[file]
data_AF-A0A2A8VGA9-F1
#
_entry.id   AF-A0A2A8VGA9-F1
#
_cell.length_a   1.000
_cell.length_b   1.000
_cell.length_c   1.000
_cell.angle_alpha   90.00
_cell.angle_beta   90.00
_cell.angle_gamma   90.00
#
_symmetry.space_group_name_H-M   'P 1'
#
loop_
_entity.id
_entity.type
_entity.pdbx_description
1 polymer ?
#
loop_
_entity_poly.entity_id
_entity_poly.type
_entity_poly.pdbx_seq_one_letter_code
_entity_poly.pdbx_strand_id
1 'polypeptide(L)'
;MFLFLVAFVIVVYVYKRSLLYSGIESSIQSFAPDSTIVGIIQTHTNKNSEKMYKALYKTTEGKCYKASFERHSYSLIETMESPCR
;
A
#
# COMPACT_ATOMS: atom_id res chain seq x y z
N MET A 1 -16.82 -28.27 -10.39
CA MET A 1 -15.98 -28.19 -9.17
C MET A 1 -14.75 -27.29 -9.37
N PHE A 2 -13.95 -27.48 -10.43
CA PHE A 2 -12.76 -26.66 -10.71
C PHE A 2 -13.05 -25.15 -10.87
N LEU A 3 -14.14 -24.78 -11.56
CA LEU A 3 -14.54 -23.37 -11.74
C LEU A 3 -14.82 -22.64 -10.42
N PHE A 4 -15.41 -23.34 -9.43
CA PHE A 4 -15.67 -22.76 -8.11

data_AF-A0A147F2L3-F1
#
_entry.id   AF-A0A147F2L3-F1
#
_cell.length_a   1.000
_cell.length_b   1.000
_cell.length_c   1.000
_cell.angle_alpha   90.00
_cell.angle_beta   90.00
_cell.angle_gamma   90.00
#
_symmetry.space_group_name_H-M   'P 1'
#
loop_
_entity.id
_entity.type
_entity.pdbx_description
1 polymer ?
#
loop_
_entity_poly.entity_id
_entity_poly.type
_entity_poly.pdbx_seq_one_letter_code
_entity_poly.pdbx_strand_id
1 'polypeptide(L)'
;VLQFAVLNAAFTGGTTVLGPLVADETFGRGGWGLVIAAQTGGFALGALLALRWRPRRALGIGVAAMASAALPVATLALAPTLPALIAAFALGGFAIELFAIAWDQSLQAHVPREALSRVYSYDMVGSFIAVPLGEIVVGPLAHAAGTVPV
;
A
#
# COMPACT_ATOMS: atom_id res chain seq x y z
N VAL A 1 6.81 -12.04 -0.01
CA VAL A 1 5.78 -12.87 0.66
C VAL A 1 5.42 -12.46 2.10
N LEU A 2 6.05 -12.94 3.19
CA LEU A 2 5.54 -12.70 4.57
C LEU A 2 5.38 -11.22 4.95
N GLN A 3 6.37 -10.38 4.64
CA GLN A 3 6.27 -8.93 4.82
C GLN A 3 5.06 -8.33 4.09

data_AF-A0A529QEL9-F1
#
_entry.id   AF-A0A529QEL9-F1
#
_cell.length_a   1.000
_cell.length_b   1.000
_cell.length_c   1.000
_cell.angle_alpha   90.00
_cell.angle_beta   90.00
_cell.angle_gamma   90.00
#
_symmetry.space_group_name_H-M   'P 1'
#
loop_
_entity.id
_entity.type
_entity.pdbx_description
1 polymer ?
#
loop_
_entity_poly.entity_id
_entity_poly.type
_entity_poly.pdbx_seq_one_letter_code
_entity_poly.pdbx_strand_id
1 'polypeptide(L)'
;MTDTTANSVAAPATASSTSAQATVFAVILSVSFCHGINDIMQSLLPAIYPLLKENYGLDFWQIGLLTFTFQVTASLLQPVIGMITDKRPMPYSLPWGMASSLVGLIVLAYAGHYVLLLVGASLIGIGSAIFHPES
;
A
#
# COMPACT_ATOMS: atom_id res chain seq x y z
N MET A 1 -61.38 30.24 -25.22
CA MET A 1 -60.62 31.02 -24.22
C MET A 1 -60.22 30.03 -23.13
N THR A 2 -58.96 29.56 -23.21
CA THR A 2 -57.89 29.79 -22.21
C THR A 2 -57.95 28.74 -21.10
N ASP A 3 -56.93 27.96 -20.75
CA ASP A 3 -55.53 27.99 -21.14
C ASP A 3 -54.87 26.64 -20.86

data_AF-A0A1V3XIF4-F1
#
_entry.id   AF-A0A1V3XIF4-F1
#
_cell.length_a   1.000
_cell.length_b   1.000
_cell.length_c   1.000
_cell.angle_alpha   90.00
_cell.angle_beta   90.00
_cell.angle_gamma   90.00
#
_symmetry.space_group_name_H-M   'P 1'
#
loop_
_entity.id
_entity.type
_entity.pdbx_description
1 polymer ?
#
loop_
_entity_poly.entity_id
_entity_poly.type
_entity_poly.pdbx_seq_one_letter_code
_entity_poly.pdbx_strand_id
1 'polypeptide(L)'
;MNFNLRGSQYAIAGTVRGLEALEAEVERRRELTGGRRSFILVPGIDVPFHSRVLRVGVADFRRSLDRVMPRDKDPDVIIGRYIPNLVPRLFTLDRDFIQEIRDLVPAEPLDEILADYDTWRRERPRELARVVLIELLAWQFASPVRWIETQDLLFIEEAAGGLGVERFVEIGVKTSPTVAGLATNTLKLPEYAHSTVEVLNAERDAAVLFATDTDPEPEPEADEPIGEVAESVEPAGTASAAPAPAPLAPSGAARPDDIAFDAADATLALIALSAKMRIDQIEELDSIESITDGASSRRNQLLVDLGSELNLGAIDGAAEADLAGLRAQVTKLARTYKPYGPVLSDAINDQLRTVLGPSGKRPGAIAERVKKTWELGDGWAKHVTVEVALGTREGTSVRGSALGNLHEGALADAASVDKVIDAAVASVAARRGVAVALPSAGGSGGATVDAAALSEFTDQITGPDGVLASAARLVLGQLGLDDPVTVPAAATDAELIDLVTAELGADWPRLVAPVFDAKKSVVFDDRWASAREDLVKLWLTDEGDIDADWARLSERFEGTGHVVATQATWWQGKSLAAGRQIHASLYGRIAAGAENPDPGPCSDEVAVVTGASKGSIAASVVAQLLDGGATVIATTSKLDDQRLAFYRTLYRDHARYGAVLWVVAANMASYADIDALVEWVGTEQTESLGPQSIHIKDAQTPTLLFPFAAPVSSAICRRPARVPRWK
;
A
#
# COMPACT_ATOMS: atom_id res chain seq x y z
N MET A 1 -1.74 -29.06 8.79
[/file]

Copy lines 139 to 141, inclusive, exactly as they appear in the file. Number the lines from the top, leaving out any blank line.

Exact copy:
loop_
_entity_poly.entity_id
_entity_poly.type